The workers who produce iPhones have the ability to pay for one just like anyone else, so long as they don't have even the slightest interest in buying anything else over a six-month period.
Recent reporting from ABC's Nightline revealed some of the basic numbers that define the simple and monotonous existence of the Foxconn factory line workers who assemble Apple's iPhones and iPads, Amazon's Kindles, and a slew of other devices from all sorts of recognizable brand names. Here's the number that sticks in my head, though: $1.78--that's how much one of those workers makes every hour he or she is on the line.
New workers at Foxconn plants used to start off making as little as $214 a month, but all the recent media attention and pressure led Foxconn to give its workers a raise, so many junior employees in the factories are now starting at $290 a month. Remarkably--especially when we consider that the cost of living in Shanghai and Beijing is on par with New York City--this amount is in compliance with China's minimum wage laws.
That amount is low enough that the worker won't have to worry about paying income taxes, but Foxconn does deduct as much as $72 for the cramped dorm room and meals provided by the company.
So that brings us back down to a take-home amount of just more than $200 a month, a significant chunk of which is probably being sent home to a worker's family in a rural village somewhere.
So if Foxconn workers actually aspired to own one of the products they dedicate their lives to producing in the bygone spirit of Henry Ford--who ensured his factory workers were paid enough to buy the cars they were making--could they?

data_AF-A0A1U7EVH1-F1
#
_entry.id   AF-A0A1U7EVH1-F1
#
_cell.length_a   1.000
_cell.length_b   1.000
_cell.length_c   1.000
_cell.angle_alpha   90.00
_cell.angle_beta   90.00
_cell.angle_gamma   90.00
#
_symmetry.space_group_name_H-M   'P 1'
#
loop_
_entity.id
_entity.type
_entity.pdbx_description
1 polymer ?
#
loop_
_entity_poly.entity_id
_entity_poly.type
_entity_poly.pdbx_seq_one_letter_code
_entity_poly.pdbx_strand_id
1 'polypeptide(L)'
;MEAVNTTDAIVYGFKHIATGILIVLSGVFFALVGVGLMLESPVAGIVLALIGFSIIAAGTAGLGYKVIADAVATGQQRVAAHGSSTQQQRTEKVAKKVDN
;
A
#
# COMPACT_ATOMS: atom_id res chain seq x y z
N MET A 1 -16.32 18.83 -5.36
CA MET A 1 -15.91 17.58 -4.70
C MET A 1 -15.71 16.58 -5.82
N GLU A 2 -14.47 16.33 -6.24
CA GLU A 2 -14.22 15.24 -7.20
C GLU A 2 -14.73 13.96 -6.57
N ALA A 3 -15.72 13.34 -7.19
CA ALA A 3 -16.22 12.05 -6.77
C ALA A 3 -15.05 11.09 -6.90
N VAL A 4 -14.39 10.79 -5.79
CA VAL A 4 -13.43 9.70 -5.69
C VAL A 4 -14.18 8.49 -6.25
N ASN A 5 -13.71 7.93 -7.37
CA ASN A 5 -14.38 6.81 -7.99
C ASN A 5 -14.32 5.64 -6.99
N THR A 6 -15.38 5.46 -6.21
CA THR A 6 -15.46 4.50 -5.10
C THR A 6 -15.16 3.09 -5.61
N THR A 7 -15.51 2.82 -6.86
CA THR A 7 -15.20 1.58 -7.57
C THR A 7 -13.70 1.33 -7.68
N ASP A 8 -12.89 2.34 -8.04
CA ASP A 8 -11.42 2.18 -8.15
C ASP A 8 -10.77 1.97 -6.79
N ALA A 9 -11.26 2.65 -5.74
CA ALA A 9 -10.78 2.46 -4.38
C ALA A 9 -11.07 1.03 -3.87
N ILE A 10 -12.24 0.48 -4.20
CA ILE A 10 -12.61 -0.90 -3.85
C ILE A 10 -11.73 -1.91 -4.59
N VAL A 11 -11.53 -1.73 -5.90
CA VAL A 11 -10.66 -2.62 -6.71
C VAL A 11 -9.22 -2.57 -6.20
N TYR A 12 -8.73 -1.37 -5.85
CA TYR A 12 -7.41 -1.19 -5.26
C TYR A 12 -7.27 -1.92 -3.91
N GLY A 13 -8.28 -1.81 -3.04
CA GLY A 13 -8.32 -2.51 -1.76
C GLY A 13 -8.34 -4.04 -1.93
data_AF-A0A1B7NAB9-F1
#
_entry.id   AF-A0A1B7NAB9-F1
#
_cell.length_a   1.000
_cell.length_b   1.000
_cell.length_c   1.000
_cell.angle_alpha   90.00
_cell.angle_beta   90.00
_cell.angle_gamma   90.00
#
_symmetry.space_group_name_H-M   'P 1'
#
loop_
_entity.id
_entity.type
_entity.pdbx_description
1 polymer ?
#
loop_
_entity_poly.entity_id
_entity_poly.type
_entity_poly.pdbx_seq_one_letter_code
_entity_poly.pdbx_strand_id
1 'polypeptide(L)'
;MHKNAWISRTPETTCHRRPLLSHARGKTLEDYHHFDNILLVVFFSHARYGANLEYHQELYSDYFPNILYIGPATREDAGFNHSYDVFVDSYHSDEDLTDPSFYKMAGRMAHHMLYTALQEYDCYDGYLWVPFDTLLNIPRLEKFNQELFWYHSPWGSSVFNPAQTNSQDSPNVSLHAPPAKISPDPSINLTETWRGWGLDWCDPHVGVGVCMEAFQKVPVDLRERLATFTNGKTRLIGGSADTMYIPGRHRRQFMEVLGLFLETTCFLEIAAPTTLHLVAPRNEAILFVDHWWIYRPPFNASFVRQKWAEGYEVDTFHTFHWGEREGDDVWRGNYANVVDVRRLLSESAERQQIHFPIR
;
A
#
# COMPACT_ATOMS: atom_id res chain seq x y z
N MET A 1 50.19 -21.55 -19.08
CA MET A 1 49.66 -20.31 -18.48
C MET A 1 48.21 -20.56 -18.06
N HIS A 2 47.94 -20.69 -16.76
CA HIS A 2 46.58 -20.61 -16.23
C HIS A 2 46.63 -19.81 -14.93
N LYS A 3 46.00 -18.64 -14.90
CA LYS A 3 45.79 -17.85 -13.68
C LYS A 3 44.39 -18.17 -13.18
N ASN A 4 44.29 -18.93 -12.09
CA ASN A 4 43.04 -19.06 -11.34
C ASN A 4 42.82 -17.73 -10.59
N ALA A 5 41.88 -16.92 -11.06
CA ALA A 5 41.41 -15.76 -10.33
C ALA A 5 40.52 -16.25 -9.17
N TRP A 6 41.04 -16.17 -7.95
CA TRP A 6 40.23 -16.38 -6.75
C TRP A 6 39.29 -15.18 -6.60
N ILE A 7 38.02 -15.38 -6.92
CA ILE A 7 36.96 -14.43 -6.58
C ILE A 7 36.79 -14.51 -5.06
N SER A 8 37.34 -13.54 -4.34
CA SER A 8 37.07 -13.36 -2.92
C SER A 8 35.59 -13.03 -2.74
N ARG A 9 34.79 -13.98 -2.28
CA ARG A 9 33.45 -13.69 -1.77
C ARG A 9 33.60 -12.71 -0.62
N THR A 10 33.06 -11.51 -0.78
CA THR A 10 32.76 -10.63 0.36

Sure, but it would mean cutting off grandma back in the village, saving up all their earnings for about half a year, and then having to come up with more money to pay for minutes. Of course, a worker could get a subsidized phone with a Chinese carrier contract, but as we in the U.S. know, that deal doesn't save much money in the long run.
In reality, the idea that a Foxconn worker might ever purchase one of the products he or she makes is a silly one. The deck is so stacked against the workers that they can scarcely even afford to leave the huge Foxconn campuses where they live and work--the largest one in Shenzhen sits just over a river from Hong Kong, another of the world's most expensive cities, which drives up the cost of living around the factory complex.
But it's not fair to just hate on Foxconn, either. After all, there's no shortage of demand for the pittances their workers are paid to work long hours in questionable conditions. It's not uncommon for hundreds or thousands of people to line up for job openings.
There's a really long and complicated conversation to be had about the staggering disparity between China's richer, more modern east coast cities and the poverty still found in the interior, where the Foxconn factory workers hail from. But we'll let the TED folks sort that one out later. It's just too bad Foxconn doesn't have its own Henry Ford. They sure have a strange definition of socialism in China.